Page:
Supply Chain and Logistics Management
Do you ever wonder how Amazon gets its products to you in two days? How does Amazon Prime work? How can Dell make a custom PC in days?
You will be able to master these kinds of challenges after delving into our Supply Chain and Logistics Management concentration.
Learning these methods and tools to increase revenue and reduce costs will position you well in a global economy that moves through supply chains. First, though, you’ll have some choices to customize your concentration.
The concentration begins with an introduction to Operations and Supply Chain Management, before moving on to industrial engineering topics such as Production System Design, Operations Research and Tools for Managing the Supply Chain, as well as information technology coursework such as Business Information Systems. Students in this concentration receive a Bachelor of Science in Management, in addition to completing the core Management program.
The coursework, however, is just half of the benefit of a Kettering bachelor’s. You will also have the opportunity to apply what you’re learning in the classroom on the job well before you finish your degree here.
Each year as an undergraduate, you will spend 22 weeks on campus taking classes and 24 weeks working with an employer in the University’s Co-op program. Kettering graduates enter the job force with real world, hands-on experience in business working with partners such as Bosch Corporation, Harman International, Denso, Borg Warner, Ford, GM, Lear, Stanley and UPS.
All this will help you master supply chains -- the complex webs of suppliers that an enterprise collaboratively manages to deliver products and services to their customers. Because all economies are operated through supply chains, a career in supply chain management is always in demand.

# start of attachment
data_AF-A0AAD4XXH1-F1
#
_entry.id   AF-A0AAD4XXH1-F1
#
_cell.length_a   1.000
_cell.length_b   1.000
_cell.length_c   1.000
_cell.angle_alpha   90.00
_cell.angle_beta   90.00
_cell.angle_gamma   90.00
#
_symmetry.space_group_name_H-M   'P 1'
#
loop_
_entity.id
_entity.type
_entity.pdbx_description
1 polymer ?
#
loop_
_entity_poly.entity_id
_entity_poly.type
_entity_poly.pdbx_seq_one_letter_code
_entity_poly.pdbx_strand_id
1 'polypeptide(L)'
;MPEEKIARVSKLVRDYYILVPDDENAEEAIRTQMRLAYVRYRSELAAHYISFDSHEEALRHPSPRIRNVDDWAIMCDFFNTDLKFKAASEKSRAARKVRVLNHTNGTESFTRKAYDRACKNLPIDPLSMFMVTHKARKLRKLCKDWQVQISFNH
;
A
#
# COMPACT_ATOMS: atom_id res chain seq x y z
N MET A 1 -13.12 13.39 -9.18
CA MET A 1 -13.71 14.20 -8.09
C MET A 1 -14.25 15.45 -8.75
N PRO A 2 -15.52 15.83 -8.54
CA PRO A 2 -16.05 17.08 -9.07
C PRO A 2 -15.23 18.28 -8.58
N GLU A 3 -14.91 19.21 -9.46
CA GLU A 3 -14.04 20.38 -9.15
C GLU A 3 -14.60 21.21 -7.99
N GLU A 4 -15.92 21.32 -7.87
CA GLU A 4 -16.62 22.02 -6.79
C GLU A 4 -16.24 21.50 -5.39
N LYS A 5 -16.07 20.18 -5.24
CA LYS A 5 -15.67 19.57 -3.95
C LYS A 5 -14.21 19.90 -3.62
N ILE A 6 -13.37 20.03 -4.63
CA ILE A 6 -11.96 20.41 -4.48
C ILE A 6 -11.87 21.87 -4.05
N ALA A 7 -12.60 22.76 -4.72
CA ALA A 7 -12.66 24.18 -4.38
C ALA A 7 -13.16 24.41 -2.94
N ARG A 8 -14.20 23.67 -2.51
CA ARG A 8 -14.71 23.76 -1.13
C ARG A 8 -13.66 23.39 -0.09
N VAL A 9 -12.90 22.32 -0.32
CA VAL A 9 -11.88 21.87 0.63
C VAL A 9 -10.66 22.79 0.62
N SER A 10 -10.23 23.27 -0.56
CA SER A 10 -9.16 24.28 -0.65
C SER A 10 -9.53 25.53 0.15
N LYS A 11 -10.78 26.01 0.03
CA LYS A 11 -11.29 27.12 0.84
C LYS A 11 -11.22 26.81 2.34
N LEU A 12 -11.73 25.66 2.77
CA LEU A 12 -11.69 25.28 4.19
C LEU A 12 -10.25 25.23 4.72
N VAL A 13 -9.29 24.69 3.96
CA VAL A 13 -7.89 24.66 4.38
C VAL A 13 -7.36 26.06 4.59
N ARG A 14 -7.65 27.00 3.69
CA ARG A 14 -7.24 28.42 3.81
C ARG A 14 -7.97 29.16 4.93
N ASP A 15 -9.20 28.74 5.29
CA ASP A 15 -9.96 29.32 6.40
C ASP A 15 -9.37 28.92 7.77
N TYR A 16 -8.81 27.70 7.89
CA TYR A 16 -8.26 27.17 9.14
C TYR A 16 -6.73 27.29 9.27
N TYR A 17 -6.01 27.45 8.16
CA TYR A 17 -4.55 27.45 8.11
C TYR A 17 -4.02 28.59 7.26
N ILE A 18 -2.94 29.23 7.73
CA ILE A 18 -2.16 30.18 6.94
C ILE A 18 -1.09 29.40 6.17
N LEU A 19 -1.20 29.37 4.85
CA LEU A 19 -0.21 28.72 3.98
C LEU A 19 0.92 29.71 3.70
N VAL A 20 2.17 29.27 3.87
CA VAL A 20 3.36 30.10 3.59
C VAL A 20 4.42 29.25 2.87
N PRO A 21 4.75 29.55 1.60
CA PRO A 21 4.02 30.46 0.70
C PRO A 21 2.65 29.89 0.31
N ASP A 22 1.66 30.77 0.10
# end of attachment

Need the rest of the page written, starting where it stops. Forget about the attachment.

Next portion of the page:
According to the Federal Bureau of Labor Statistics, job prospects remain bright for supply chain managers, with median salary nearly $100,000. Because all economies are operated through supply chains, your skills in supply chain management will always be in demand.
The program is accredited by the Accreditation Council for Business Schools and Programs.
- You want the competitive advantage that comes from extending your technical capabilities in Supply Chain Management through collaboration with Industrial Engineering and firsthand industry experience.
- Our faculty conduct research in Microenterprise, Lean Product Development, Small Business and Non-Profit Organizations, Entrepreneurship as an Anti-Poverty Strategy and Innovation Development Excellence.
- You will have the opportunity to showcase your talent in DECA competitions or be involved in the Investment Club.